Skip to Content

Translate | Disclaimer

Department of Financial Services logo

Banking Interpretations

Part 17 

Date: February 21, 2002 

Dear [                        ]:

Last year, you raised a question on behalf of [                   ] (the "Trust Company") with the Banking Department about the continued applicability, in light of the repeal of New York's mini-Glass-Steagall Act, of Part 17 of the Banking Board's regulations, which contains certain prudential limitations and restrictions on dealings between New York banks or trust companies and affiliated securities firms. The Trust Company is particularly interested in the continued applicability of Part 17 in light of the Trust Company's recent affiliation with [               ] Funds, a mutual fund provider.  We apologize for the delay in responding.

The Trust Company's particular concern was Part 17.1(f) which provides that "in the case of personnel interlocks between a banking organization and an open-end mutual fund, the bank shall not make any loans to the mutual fund nor to any investment advisers of the mutual fund nor to any company in which the mutual fund has a stock interest of over five percent."  In the context of Part 17, the term "bank" would include both banks and trust companies organized pursuant to Article III of the Banking Law.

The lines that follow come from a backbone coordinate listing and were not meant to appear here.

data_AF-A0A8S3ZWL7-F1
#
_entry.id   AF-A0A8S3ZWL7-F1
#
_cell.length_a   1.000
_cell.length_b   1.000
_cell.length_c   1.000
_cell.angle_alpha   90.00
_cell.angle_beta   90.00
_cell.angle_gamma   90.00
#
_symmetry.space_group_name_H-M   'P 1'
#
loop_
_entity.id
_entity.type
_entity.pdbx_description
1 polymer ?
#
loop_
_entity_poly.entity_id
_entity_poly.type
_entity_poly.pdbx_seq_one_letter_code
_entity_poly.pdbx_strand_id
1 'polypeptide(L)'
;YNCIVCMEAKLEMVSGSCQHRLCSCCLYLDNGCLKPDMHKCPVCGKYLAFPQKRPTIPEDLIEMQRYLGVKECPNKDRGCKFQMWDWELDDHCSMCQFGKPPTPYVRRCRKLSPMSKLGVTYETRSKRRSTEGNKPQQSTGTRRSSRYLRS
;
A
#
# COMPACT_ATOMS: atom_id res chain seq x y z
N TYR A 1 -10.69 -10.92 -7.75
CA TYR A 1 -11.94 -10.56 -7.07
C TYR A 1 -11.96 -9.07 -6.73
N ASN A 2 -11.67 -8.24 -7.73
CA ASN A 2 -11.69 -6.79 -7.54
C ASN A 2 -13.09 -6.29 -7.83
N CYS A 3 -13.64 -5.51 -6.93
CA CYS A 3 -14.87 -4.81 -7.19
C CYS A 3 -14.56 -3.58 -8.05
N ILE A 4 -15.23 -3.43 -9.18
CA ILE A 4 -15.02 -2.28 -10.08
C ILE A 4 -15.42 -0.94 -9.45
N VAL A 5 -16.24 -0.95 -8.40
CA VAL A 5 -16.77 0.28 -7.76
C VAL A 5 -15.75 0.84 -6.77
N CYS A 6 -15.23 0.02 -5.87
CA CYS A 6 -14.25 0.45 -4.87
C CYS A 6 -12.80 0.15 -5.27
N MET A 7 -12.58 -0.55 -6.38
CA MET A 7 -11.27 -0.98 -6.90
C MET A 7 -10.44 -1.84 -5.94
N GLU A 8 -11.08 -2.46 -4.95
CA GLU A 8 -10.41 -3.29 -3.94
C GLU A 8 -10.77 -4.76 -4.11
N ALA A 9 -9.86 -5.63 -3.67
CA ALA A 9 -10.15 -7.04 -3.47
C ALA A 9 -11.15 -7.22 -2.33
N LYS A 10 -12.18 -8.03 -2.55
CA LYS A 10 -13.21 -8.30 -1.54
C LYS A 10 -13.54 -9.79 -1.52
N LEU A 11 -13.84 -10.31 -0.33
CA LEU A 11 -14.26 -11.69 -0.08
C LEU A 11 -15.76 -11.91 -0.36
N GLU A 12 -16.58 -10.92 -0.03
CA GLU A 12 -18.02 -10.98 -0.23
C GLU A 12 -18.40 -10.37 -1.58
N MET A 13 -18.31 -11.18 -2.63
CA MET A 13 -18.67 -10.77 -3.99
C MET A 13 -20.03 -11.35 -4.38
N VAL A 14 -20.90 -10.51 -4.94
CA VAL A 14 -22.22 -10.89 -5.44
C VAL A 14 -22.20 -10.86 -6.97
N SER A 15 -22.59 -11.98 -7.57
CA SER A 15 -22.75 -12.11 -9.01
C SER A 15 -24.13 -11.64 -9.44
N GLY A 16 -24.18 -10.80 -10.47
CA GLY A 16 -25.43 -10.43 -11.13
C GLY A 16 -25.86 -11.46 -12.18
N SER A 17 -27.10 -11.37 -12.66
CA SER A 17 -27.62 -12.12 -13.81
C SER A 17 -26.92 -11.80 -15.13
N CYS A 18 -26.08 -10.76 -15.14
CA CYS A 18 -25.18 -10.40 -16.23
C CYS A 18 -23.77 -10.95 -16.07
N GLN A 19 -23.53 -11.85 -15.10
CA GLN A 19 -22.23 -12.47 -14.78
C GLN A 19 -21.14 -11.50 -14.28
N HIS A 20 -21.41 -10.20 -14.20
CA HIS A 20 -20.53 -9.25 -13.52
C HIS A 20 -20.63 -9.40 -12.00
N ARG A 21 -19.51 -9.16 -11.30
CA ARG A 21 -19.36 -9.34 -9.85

The Trust Company serves as custodian for each of the seven portfolios of the [  ] Funds, and overdrafts in the custody accounts occur from time to time.  According to the Trust Company, the overdrafts may arise due to temporary (usually overnight) problems related to the settlement of security trades.  The largest overdrafts, however, occur in connection with shareholder redemptions from the Funds.  In the event of an overdraft, the Trust Company extends credit to the client so that the overdraft does not disrupt the normal operation of the custody account.  The overdraft is secured by the assets in the accounts, and the Trust Company charges for the overdrafts.  You point out that this process seems to be inconsistent with Part 17.1(f), and that this may necessitate the Funds having to seek other forms of credit.

We agree that Part 17.1(f) is still in effect and would appear to prohibit the Trust Company extending credit to the Funds as described above.  It should be noted that, although New York's mini-Glass-Steagall Act has been repealed, the prudential limitations of Part 17 were written to be applicable to banking organizations and securities firms which were allowed to affiliate even when mini-Glass-Steagall was still in effect.  Nevertheless, the Banking Department is undertaking a review of Part 17 to determine whether the provisions thereof should be modified or repealed.

I trust that this is helpful.

Sincerely,

Rosanne Notaro
Assistant Counsel

Cc:  Deputy Conlon - USFD

About DFS

Contact DFS

Reports & Publications

Licensing

Connect With DFS

DFS Facebook page

Follow NYDFS on Twitter

AccessibilityContact UsDisclaimerPrivacy PolicySite MapPDF Reader Software